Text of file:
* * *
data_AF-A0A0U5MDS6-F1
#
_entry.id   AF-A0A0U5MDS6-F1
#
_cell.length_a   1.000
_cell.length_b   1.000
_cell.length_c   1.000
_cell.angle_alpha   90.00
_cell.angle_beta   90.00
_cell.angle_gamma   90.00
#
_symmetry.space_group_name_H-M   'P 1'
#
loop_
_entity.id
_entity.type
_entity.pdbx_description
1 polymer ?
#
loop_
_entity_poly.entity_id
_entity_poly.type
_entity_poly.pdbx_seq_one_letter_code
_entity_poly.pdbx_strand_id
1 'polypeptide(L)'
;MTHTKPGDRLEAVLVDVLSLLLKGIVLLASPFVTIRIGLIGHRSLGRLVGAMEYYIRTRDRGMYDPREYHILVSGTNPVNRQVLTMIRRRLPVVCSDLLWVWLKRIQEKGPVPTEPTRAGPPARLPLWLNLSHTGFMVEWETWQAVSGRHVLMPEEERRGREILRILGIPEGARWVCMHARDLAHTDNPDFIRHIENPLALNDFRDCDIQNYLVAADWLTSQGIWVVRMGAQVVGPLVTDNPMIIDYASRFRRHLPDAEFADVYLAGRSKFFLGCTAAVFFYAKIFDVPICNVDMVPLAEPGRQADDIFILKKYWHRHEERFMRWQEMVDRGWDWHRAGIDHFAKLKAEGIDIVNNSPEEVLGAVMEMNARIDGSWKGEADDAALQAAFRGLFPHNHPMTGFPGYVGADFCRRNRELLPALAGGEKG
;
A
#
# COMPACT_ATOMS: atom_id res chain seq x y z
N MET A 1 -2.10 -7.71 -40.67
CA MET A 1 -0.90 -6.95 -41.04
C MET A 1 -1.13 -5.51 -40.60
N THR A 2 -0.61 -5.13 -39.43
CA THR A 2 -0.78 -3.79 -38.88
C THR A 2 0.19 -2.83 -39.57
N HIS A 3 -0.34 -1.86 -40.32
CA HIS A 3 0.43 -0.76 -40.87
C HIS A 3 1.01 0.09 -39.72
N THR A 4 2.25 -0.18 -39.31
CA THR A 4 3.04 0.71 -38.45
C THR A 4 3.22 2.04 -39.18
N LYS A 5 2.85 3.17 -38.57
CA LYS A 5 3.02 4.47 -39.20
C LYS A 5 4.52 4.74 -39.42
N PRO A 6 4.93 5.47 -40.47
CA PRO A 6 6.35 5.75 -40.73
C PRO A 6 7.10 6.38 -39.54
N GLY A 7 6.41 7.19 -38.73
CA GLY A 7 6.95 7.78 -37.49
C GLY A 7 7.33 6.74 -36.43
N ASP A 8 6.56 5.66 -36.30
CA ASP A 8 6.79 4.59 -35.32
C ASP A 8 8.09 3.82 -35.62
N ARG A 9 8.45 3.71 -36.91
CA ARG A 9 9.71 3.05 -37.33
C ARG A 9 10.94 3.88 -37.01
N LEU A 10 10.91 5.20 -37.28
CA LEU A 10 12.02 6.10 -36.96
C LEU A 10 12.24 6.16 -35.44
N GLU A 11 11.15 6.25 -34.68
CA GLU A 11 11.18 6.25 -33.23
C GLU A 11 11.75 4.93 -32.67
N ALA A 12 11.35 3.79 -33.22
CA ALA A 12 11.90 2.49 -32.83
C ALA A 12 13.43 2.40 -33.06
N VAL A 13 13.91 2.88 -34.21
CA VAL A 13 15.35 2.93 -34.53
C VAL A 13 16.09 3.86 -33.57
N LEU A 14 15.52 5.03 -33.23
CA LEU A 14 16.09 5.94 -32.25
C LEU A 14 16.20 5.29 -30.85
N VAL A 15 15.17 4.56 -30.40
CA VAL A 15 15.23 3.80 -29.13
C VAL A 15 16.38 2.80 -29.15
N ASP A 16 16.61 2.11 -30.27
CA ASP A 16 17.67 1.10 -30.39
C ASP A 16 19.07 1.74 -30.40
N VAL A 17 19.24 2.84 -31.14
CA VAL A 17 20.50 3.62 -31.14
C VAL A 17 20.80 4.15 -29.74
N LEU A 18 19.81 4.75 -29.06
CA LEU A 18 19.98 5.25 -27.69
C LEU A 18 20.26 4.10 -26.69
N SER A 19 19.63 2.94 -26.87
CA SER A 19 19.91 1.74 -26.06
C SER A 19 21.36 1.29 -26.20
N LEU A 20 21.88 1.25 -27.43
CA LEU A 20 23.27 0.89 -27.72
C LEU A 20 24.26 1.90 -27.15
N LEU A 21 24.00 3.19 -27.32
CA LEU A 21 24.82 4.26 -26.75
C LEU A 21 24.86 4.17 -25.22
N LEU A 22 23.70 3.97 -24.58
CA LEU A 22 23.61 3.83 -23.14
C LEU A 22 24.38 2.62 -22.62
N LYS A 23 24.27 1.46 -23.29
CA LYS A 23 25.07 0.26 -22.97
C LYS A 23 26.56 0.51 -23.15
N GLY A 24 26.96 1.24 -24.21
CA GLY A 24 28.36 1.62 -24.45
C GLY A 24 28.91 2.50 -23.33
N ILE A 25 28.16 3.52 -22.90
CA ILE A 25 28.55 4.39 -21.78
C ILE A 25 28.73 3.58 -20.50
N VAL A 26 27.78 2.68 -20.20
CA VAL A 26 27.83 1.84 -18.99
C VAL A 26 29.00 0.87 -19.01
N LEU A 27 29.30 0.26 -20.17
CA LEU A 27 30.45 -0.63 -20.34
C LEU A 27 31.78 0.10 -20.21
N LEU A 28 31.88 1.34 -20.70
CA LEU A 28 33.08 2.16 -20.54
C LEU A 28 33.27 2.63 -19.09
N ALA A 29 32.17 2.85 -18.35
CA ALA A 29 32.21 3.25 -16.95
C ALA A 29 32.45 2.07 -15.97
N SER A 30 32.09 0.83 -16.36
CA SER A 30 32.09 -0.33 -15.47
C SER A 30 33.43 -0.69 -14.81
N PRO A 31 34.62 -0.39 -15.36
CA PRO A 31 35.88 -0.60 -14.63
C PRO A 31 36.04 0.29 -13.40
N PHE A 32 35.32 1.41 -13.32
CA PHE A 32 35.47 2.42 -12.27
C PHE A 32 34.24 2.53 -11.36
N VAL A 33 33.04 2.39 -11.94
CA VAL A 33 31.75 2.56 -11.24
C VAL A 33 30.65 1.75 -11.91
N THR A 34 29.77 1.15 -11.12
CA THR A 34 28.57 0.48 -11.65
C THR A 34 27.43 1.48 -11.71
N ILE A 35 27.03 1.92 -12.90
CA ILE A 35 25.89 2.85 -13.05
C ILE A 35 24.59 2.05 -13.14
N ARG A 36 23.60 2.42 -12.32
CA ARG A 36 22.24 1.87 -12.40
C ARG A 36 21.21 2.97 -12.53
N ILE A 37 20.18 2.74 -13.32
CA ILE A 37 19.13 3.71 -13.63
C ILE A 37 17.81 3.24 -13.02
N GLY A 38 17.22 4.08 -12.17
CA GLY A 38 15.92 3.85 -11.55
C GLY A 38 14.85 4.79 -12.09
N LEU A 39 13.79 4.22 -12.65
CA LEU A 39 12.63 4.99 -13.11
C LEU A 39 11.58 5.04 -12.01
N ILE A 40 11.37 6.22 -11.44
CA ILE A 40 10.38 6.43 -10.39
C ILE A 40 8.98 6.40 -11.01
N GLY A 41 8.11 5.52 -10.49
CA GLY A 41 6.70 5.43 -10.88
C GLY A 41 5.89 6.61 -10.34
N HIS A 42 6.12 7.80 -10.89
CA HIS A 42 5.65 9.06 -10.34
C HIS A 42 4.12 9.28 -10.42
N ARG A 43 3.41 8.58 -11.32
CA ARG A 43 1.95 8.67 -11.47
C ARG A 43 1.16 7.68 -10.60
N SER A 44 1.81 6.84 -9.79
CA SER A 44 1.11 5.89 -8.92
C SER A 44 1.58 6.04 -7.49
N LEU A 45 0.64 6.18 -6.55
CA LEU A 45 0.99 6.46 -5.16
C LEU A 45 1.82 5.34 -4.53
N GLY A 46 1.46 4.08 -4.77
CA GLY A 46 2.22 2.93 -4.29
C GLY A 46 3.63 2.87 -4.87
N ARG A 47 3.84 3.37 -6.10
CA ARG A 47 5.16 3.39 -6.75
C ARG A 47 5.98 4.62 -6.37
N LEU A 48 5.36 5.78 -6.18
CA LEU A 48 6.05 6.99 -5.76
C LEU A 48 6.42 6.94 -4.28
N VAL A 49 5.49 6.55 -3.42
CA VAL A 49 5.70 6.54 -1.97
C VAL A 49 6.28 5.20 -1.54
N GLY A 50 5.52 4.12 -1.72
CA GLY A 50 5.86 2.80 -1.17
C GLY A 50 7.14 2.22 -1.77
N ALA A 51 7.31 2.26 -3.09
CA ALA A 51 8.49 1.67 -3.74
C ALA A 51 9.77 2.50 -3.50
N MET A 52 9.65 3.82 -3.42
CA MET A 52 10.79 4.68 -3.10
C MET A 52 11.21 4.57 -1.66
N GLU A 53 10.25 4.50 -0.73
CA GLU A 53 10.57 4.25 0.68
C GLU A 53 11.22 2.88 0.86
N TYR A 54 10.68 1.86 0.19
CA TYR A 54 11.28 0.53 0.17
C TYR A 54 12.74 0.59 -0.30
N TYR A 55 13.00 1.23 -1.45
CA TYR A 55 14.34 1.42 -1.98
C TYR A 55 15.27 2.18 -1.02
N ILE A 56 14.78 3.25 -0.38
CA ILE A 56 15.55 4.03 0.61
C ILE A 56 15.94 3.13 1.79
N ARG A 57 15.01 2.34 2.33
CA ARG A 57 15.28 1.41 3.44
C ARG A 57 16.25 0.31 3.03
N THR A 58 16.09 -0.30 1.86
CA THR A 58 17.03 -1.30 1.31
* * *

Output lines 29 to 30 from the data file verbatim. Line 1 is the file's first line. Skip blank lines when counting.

#
# COMPACT_ATOMS: atom_id res chain seq x y z